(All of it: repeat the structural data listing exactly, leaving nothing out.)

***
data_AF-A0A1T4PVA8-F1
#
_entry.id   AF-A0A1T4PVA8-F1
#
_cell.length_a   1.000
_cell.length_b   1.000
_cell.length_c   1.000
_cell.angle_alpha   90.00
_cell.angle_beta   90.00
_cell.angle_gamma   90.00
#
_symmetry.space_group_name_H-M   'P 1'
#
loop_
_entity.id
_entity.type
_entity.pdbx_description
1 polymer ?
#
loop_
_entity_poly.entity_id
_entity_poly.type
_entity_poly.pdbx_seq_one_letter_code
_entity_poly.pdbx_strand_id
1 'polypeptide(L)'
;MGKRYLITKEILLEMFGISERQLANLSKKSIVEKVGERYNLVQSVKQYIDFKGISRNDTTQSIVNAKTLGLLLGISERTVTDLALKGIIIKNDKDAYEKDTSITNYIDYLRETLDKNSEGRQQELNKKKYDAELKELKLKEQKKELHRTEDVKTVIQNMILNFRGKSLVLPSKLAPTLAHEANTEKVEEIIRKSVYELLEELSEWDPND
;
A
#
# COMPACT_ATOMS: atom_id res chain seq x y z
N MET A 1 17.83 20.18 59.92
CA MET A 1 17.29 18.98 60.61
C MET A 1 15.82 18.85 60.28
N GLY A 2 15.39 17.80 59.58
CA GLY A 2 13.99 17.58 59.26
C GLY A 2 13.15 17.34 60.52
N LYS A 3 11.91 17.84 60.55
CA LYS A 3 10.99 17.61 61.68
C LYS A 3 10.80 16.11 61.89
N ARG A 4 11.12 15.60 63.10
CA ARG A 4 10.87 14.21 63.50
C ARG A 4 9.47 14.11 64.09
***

data_AF-A0A1T4PVA8-F1
#
_entry.id   AF-A0A1T4PVA8-F1
#
_cell.length_a   1.000
_cell.length_b   1.000
_cell.length_c   1.000
_cell.angle_alpha   90.00
_cell.angle_beta   90.00
_cell.angle_gamma   90.00
#
_symmetry.space_group_name_H-M   'P 1'
#
loop_
_entity.id
_entity.type
_entity.pdbx_description
1 polymer ?
#
loop_
_entity_poly.entity_id
_entity_poly.type
_entity_poly.pdbx_seq_one_letter_code
_entity_poly.pdbx_strand_id
1 'polypeptide(L)'
;MGKRYLITKEILLEMFGISERQLANLSKKSIVEKVGERYNLVQSVKQYIDFKGISRNDTTQSIVNAKTLGLLLGISERTVTDLALKGIIIKNDKDAYEKDTSITNYIDYLRETLDKNSEGRQQELNKKKYDAELKELKLKEQKKELHRTEDVKTVIQNMILNFRGKSLVLPSKLAPTLAHEANTEKVEEIIRKSVYELLEELSEWDPND
;
A
#
# COMPACT_ATOMS: atom_id res chain seq x y z
N MET A 1 17.83 20.18 59.92
CA MET A 1 17.29 18.98 60.61
C MET A 1 15.82 18.85 60.28
N GLY A 2 15.39 17.80 59.58
CA GLY A 2 13.99 17.58 59.26
C GLY A 2 13.15 17.34 60.52
N LYS A 3 11.91 17.84 60.55
CA LYS A 3 10.99 17.61 61.68
C LYS A 3 10.80 16.11 61.89
N ARG A 4 11.12 15.60 63.10
CA ARG A 4 10.87 14.21 63.50
C ARG A 4 9.47 14.11 64.09